4 Steps for Making Great Business Decisions

4 Steps for Making Great Business Decisions
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Being a business owner has its advantages and disadvantages. You’re the final arbiter of any decisions within the business, which can be both good and bad. It’s wonderful when you have a clear sense of the direction you want to go in and you know that you don’t have to convince anyone else before moving forward. It’s less wonderful when you really don’t know what the right thing to do is. The steps below can help.

Be Concrete

The first step is to clearly articulate what you have to decide and what your options are. Then, you need to decide what criteria you will use to move ahead. There are a few different approaches that could be valuable. You might do a cost-benefit analysis with the various options and choose the one that will bring in the most money. You might list the pros and cons and weigh each one. You could also make a flow chart where you explore the results of each decision.

Gather Information

While you’re doing the above step, you may find that you need to do more research. If you’re struggling in your company with fleet management, can you consider installing cameras equipped with GPS. At this point, you could review a fleet manager’s guide to dashcams with GPS tracking. This would give you the information that you need to select the right tool. 

Other types of helpful research could include seeing how other companies have handled a similar situation or even reaching out to mentors and colleagues to discuss the issue. Gathering others’ perspectives can be particularly valuable. However, during this stage, beware of getting bogged down in too much research. It can be hard to know precisely when you’ve done enough, but just make sure you aren’t spinning your wheels. If it helps, you can set a deadline for information gathering.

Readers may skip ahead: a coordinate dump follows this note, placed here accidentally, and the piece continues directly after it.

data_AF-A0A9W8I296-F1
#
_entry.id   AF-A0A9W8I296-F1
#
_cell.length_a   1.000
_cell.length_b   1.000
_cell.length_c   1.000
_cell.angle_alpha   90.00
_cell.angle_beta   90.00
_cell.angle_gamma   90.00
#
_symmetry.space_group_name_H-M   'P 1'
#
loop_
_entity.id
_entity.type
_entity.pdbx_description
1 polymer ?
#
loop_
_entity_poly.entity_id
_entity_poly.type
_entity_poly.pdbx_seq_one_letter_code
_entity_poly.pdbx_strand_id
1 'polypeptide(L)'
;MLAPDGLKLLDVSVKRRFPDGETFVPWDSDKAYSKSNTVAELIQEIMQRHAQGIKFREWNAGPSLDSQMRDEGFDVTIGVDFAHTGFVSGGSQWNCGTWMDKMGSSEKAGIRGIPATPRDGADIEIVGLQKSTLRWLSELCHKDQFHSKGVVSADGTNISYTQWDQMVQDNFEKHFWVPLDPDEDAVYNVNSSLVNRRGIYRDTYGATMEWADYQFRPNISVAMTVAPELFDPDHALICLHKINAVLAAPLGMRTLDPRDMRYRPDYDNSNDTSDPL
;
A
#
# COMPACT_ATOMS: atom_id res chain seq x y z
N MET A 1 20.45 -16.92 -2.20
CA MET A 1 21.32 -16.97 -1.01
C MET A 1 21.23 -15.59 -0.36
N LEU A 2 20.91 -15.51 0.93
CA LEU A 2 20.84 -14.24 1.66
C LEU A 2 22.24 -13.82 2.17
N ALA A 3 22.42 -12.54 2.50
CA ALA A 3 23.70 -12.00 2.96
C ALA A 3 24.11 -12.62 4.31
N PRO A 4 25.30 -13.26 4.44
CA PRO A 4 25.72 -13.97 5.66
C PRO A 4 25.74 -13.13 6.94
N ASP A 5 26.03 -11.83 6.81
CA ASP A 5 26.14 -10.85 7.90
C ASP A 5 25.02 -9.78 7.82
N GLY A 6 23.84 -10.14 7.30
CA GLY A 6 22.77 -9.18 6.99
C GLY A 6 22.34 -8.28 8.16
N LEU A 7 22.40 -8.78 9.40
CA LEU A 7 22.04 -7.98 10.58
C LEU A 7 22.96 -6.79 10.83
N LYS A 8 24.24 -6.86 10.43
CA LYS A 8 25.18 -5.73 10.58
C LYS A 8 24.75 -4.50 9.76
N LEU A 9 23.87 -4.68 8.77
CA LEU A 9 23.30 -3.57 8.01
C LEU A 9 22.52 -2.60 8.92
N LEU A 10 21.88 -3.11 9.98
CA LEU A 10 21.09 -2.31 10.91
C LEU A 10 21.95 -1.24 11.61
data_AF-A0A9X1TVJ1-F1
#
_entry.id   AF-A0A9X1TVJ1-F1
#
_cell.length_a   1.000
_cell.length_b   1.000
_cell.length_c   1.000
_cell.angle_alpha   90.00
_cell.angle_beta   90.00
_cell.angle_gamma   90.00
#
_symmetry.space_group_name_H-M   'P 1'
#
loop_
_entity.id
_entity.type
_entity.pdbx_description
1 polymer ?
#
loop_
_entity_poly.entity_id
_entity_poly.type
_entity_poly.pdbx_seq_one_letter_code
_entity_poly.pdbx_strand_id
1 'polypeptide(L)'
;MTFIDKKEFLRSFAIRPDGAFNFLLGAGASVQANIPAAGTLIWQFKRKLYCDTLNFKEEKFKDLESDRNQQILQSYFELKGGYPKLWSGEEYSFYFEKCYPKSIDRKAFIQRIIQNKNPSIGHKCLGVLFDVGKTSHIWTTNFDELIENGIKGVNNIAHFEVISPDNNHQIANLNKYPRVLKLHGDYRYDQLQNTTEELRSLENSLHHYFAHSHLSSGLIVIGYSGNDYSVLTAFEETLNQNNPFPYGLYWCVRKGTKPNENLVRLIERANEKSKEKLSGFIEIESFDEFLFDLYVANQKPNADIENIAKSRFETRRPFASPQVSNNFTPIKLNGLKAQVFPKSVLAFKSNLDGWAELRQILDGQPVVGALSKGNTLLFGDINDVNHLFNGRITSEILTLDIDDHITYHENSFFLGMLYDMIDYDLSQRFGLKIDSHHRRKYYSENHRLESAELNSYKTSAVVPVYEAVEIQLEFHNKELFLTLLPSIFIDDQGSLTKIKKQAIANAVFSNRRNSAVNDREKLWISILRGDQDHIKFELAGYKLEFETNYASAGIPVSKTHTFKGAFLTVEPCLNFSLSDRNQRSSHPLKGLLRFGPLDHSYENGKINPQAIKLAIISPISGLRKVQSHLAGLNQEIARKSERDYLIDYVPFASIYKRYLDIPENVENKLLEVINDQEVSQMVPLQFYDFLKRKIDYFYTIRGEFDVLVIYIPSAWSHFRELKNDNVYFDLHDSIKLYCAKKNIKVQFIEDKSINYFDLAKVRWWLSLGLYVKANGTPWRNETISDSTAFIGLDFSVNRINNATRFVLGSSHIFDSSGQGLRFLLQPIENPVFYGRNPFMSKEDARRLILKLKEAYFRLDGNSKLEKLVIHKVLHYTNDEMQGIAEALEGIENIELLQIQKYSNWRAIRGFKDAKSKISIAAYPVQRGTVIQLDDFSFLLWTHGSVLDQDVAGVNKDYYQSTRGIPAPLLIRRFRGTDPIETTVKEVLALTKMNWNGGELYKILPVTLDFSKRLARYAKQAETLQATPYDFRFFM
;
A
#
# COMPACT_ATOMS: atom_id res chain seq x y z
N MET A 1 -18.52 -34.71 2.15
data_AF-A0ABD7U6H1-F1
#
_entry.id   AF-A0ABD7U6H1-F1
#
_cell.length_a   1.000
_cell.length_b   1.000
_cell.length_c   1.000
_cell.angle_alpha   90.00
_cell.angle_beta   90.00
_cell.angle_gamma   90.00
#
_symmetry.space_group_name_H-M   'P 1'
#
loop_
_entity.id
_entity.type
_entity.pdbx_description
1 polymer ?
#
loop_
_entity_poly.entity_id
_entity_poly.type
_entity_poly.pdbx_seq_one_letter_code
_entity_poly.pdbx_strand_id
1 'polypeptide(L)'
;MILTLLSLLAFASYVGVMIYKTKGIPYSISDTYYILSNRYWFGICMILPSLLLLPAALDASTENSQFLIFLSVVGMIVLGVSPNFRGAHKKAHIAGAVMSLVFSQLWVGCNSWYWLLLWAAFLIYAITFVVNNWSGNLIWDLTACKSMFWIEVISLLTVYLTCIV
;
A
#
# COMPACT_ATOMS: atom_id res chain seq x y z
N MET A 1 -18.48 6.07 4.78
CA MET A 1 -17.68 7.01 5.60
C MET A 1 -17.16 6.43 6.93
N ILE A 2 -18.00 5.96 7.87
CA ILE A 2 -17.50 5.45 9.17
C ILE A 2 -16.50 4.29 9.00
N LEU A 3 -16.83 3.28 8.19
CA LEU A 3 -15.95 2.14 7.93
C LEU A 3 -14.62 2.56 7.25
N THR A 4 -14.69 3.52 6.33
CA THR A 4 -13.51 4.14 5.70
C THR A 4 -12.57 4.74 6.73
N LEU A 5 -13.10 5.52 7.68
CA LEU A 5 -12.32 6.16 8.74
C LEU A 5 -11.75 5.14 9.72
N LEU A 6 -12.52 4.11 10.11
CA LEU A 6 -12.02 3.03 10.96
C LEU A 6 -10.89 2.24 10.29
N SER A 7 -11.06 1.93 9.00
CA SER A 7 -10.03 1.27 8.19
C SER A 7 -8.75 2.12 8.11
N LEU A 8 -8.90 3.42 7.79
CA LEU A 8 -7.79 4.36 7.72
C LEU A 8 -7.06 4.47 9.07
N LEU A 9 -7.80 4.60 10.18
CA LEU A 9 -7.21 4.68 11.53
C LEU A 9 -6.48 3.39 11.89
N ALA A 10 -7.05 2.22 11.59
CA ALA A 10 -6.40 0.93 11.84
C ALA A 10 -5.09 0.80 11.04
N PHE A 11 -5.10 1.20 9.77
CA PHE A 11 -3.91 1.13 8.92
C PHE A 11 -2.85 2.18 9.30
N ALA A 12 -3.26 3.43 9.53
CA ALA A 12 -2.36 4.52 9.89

List Your Steps and Evaluate

If the action you need to take is a multi-step process, like finding the perfect employee, be explicit about this as well, listing the steps and any additional information, such as the tools you’ll need to accomplish them or when you want them done by. Whether or not you have multiple steps to take, your final task should be to evaluate both the process and the decision itself. What went wrong and what went right, and why? What would you do differently next time? Depending on the type of decision, you might also want to set a timeline for reviewing the results, such as quarterly check-ins over the course of a year.

Use for All Decisions

Even when you’re moving ahead with a decision that you’re certain about, it’s a good idea to go through the above process although you may do so more quickly than usual. You probably know from experience that sometimes even choices that seem like precisely the right ones aren’t in hindsight. You can’t always prevent that from happening, but sometimes, slowing down and articulating your ideas can highlight weaknesses in your reasoning. In addition, the final evaluation step might provide you with insights you can use in the future.

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